Ask yourself two questions:
Are you a creative?
Are you creative?
Answering no to the first question shouldn’t mean you can’t answer yes to the second.
Nonetheless, in our industry, and the wider world, the word “creative” has changed its meaning. From a certain way of thinking to the job title of an exclusive club.
The misconception is that you are only a creative if you can draw, write copy, or produce something visual using Creative Suite. Or perhaps because you sit in a trendy café in front of your Mac, nursing a coffee and eating smashed avocado.
Yet there is a huge difference between being a creative and being creative.
Being a creative simply means you’re making a living from a visual or conceptual aspect of your creativity. Yet other job roles demand just as much creative spark. Even if the job titles don’t let on.
It’s time to rethink creativity
Somewhere down the line, the term a creative reared its arrogant head and began to monopolize the definition of creativity, devaluing the facets of creative-thinking that don’t result in a visual or conceptual output.
So take a moment and rethink creativity.
- What is creative thinking?
- What isn’t it?
- What does it mean to approach something creatively?
- What does the creative process demand of you as a creative thinker?
- And at its best, what can this process achieve?
Scrap your long-held definition and build one anew. If you’re open to it. It might just change the way you think, the way you work and the results you can generate.
What is creativity?
At its heart, creativity is about problem-solving and lateral thinking.
Some of the most creative thinkers are those using Excel and PowerPoint to reach creative solutions, rather than Photoshop or Cinema 4D.
Here’s an example. Andy Dufresne in The Shawshank Redemption. Tell me that guy isn’t creative! Or Russel Crowe in A Beautiful Mind? And he’s not drawing storyboards.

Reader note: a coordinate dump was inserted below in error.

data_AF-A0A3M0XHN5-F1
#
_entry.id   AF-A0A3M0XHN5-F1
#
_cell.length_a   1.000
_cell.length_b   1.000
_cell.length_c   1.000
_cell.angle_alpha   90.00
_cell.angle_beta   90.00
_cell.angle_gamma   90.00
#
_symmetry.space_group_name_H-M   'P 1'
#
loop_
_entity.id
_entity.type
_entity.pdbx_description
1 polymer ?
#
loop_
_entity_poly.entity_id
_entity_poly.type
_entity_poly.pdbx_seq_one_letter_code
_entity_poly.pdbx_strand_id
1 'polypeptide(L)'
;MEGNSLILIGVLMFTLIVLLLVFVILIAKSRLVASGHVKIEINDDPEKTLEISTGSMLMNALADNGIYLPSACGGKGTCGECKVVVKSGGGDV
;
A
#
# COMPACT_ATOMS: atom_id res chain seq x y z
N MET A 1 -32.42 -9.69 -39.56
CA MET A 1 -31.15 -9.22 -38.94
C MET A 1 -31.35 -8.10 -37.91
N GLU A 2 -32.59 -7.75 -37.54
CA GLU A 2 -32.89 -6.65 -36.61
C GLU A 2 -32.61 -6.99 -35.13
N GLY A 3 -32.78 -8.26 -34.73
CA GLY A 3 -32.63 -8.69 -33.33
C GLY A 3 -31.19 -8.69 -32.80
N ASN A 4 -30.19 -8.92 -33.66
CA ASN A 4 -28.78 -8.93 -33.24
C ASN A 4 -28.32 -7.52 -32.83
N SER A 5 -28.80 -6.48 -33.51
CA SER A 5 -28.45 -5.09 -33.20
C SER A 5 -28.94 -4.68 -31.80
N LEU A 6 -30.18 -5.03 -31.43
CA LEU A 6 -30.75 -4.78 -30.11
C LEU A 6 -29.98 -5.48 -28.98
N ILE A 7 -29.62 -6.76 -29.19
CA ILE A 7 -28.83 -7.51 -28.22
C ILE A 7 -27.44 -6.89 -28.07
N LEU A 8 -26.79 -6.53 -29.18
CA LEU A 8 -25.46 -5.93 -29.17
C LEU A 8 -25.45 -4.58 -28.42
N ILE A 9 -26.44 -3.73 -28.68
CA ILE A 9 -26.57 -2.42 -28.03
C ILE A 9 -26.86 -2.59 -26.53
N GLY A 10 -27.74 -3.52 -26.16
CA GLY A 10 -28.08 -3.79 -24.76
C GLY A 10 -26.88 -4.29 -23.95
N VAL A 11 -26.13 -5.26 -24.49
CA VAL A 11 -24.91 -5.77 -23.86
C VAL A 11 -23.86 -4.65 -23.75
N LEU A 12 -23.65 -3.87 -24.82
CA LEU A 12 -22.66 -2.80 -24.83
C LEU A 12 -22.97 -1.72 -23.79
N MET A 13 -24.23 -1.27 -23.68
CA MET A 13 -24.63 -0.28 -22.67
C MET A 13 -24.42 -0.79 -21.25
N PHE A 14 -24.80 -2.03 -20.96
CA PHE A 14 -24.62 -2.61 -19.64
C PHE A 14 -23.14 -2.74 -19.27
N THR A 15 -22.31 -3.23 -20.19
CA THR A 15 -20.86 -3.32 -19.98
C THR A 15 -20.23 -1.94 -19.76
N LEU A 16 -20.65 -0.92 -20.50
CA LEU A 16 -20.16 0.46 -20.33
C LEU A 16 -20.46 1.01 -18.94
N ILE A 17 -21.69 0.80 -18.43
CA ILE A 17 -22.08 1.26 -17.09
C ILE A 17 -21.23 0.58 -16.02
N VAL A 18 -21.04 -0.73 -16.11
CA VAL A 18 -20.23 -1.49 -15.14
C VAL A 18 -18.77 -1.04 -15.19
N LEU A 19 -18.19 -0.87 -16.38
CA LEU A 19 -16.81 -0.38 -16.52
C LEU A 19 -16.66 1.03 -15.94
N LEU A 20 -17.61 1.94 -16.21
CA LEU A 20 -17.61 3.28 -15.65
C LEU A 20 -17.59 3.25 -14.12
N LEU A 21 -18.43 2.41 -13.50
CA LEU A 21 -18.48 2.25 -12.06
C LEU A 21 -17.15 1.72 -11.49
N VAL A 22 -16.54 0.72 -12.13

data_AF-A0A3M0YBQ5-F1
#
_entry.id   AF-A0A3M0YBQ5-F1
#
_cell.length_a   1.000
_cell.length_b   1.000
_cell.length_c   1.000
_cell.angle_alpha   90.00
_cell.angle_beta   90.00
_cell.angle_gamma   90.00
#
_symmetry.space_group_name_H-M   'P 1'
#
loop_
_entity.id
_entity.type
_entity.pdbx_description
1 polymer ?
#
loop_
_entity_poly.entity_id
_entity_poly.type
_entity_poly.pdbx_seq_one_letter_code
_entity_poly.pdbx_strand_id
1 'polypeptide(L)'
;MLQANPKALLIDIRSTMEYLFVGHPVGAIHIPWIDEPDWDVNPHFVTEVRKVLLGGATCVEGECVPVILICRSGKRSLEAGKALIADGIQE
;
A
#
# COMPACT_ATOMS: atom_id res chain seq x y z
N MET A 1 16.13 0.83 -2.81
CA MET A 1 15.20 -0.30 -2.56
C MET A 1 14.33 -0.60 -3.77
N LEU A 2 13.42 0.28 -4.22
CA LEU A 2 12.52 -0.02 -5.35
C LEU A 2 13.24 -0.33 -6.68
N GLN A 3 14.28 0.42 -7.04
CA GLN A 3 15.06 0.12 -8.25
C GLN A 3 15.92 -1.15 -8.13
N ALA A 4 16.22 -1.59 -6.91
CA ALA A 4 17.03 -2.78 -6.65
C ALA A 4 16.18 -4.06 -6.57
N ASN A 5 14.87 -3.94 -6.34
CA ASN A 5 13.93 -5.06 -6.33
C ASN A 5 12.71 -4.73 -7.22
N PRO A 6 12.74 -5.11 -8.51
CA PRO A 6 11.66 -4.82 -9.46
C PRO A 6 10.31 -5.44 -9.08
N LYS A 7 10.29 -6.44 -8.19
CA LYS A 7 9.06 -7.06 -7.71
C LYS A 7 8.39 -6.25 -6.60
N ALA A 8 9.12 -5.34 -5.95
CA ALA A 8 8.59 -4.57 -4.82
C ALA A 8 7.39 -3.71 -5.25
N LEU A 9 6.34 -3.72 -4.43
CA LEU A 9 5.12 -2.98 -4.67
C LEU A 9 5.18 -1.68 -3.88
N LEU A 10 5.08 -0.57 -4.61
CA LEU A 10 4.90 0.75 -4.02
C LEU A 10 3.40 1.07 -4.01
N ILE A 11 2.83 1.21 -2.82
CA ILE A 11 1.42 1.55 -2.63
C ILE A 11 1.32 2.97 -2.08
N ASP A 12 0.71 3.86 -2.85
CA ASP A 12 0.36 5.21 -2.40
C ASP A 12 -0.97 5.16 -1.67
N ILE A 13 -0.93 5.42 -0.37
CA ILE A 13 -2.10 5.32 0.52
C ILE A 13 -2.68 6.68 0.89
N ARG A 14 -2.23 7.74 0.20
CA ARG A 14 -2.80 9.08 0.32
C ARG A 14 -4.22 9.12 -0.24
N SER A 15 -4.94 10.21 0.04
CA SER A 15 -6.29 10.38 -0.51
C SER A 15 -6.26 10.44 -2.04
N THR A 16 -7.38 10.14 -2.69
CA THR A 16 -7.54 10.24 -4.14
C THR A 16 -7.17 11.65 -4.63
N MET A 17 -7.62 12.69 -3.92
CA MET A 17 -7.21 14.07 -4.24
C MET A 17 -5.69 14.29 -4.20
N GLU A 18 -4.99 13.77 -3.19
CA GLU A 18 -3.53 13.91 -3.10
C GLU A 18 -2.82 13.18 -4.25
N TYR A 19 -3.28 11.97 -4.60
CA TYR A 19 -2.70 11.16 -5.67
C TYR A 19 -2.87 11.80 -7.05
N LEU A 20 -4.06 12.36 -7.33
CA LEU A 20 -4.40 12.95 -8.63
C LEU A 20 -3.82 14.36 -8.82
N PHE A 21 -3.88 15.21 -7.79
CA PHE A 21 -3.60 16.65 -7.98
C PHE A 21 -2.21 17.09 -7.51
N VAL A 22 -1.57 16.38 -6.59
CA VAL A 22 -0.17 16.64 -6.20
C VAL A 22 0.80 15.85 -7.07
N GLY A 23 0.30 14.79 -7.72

It’s time for a broader understanding of what it means to be professionally creative. It’s time to commonly accept that we can generate creative responses that aren’t visual. It’s time to give everyone their creativity back.
The commoditization of creativity
Not everyone is fulfilled by being a creative. For many people, it’s just not all that. Yet the commoditization of creativity is entirely understandable.
It’s a very human thing to value the idea of being unique. Of being able to bring something unique to a given situation. And there are many unique forms of creativity.
The creative (as we know it) was born out of the advertising industry. Where copy met art and got results.
From there, the visual niche of creativity took over. Demoting all others.
The separatism of the creatives
Against the backdrop of AI’s steady rise to the mainstream, many of us are looking to define ourselves in ways that avoid the encroaching remit of this potentially all-knowing, all-doing, all-terrifying technology. No one wants to be replaceable.
In our recent report on the rise of AI marketing – which involved interviews with 100 senior figures in marketing – we learned that 70% of these company leaders viewed creative-thinking as the most irreplaceable skillset.
Yet the separatism of the creatives shouldn’t just be understood as a response to the rise of new technologies. So many factors play a role.